Before rejoicing too much at this relationship, let’s go back to Regilla. Sarah Pomeroy reminds us that, even in death, Roman women were controlled by the men in their lives. Regilla’s husband murdered her, yet he was the one who commemorated her life—depicting himself as a “grieving spouse lying in the middle of his widower’s bed in harsh old age” and describing Regilla as a pious mother, the “light” of his house. He hired a poet to craft his words, projecting an image of a more harmonious relationship. I can’t help but wonder if Herodes’ funeral inscription was our only evidence of Regilla, if we didn’t have additional evidence implicating Herodes in her murder, would our story about Regilla be more like the story we tell about Turia? Who tells the story matters, and for Roman women, when their stories were told at all, it was mostly by men writing for other men.

It is probable that Turia’s life with her husband was as joyous as he described (although there were many moments of hardship in her life–just read the inscription). For her, patriarchy seems to have worked ok. But she represents only one side of a continuum. Because Roman patriarchy was built on inequality–the subordination of one sex to the other–the potential for violence and abuse existed alongside the potential for comfort and happiness. Some women, like Turia, had good husbands with happy marriages and control over their finances and family. Some women gained freedom from male guardianship through legal loopholes and became powerful property owners in their own right.  For these women, Roman patriarchy cost them little, just the backdrop to their everyday lives.

But what about women on the other side of the patriarchal continuum? While Regilla certainly had the wealth and status that should have enabled her to escape the worst of patriarchy, her husband still proved the most powerful force in her life. She wasn’t as lucky as Turia. Not because of anything she had done (evidence suggests she was an admirable wife), but rather because the patriarchal die cast in her life did not give her a husband like Turia’s.  Both Regilla and Turia lived in a society that centered men and privileged male power. But this androcentric world seemed to weigh heavier on the shoulders of Regilla. For women like her, patriarchy cost more, sometimes as much as their lives.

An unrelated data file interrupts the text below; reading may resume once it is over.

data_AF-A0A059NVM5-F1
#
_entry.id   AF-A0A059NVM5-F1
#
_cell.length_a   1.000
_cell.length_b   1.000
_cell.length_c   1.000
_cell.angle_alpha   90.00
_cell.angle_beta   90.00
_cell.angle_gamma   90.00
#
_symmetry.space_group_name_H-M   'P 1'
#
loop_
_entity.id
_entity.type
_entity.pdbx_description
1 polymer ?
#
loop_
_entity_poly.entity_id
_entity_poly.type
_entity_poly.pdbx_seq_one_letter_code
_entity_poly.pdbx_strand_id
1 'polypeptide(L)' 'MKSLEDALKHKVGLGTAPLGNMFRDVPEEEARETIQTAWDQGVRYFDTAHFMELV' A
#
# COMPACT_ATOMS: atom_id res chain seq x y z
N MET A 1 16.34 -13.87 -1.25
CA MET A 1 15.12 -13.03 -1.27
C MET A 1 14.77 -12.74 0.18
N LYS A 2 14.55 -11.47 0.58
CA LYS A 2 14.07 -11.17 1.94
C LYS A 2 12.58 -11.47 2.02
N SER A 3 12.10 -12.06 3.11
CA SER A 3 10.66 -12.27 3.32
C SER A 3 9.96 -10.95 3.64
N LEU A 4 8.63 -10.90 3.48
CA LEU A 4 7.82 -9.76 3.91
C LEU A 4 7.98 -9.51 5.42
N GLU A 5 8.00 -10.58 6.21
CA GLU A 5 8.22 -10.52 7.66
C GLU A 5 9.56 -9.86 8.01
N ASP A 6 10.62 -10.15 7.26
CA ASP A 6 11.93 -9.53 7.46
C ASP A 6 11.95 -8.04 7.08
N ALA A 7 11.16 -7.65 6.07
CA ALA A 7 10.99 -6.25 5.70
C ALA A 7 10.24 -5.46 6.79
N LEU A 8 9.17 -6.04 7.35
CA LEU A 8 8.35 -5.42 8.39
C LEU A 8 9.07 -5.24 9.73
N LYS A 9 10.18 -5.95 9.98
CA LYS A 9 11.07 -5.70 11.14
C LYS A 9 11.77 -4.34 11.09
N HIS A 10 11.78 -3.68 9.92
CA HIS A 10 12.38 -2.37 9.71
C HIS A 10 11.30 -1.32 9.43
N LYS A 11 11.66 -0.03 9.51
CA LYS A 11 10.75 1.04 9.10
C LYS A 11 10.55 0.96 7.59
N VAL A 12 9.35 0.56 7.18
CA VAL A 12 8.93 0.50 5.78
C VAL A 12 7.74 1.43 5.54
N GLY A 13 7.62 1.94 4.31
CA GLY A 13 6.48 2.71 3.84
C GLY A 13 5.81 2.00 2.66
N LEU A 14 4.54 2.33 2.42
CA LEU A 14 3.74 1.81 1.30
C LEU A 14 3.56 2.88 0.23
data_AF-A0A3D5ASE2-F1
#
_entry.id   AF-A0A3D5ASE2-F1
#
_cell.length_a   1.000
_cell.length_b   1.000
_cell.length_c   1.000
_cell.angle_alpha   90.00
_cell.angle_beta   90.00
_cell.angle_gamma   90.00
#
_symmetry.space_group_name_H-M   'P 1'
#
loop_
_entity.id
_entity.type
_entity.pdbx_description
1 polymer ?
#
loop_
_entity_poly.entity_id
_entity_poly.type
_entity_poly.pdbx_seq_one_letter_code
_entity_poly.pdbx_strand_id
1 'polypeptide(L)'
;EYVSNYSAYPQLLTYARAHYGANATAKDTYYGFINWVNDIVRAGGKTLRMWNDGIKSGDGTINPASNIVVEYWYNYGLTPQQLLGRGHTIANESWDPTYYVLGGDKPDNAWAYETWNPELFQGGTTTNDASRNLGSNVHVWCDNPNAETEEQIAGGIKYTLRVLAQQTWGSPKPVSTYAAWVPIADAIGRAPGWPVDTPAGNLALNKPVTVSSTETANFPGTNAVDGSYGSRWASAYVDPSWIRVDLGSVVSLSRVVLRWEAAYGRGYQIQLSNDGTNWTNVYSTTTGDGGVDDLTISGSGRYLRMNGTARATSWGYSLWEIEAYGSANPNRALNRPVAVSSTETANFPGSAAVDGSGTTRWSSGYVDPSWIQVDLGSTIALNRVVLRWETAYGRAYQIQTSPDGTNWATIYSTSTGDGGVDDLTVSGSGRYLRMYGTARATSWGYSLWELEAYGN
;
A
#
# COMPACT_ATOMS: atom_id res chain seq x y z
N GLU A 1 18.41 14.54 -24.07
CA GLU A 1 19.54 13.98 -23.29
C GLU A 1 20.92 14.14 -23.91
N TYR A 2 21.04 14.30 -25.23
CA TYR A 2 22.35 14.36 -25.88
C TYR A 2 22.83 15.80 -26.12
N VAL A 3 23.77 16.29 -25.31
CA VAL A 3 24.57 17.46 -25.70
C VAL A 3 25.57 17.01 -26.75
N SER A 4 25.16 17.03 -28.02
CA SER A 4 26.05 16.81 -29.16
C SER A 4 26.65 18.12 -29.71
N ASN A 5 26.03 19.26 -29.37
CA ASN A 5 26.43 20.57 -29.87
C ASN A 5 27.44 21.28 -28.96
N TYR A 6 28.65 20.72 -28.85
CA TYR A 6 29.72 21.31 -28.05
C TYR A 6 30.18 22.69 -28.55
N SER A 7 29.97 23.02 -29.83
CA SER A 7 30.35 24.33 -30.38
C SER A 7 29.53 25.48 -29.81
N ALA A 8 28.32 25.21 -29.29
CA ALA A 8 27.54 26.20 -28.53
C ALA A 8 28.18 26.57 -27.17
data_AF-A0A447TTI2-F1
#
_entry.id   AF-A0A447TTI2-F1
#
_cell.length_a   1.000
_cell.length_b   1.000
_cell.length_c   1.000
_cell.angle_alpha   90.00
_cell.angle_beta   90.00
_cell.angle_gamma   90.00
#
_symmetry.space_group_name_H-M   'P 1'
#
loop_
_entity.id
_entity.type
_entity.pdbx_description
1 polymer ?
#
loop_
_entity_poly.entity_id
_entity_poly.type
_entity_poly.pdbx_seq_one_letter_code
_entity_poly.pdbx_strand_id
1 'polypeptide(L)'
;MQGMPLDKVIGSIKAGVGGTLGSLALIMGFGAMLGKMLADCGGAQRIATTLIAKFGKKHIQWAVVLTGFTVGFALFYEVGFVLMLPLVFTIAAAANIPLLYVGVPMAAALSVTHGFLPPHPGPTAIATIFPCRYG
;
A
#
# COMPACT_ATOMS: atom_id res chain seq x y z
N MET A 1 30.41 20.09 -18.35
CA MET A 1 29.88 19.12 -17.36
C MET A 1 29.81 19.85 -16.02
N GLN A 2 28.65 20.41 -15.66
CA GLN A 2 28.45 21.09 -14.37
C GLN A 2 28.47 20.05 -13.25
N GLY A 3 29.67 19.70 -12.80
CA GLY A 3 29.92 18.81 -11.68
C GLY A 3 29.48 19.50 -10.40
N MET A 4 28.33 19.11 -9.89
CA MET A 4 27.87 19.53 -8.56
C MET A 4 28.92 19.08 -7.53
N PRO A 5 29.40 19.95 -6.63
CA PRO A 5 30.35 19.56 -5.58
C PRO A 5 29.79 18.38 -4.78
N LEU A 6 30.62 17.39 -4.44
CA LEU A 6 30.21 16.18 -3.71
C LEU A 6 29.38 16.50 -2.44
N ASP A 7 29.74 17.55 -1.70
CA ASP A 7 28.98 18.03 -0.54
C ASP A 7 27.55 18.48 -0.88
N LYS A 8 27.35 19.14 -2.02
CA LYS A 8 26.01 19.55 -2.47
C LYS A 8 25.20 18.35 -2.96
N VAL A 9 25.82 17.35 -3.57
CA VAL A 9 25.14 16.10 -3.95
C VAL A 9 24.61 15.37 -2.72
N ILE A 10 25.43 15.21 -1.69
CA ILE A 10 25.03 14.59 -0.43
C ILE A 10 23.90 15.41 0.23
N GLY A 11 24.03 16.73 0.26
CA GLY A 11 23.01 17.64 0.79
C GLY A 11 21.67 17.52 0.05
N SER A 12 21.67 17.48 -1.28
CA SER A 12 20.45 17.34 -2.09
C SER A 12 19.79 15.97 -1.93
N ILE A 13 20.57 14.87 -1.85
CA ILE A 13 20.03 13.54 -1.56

If you have made it this far, thank you for staying with me. Now that we have talked about the patriarchal continuum, I hope you will consider the following questions.

  • First, are you willing to consider that your positive experience within a patriarchal system like complementarianism may not reflect the experiences of other women?
  • Second, are you willing to consider that the problem isn’t flawed individuals but rather a flawed system that creates ungodly disparities between humans created in the image of God?
  • Third, are you willing to consider the possibility that your support of a system that privileges male power and emphasizes female submission might make you complicit in the harm it does to women who are not as lucky as you?

These are hard questions. Please know I am not asking you to do anything that I haven’t already done myself. I am so grateful you have made it this far, and, if you are still willing to listen, I invite you to join me next time as we talk about the patriarchal bargain.

Beth Allison Barr, a sister in Christ

*Please know that I understand many women stay within complementarian circles not because they want to but because they do not have better options or because they are staying to help others. If this is you, you are seen and known. Thank you for all that you do.

**Please also know that I believe God works through all women and men who believe. Good ministry happens through good people both inside and outside of complementarian spaces. I am thankful for all women and men who work for the Gospel wherever they may be. 

***I changed the title from “open letter” to “open plea” to reflect some helpful advice I received after original post.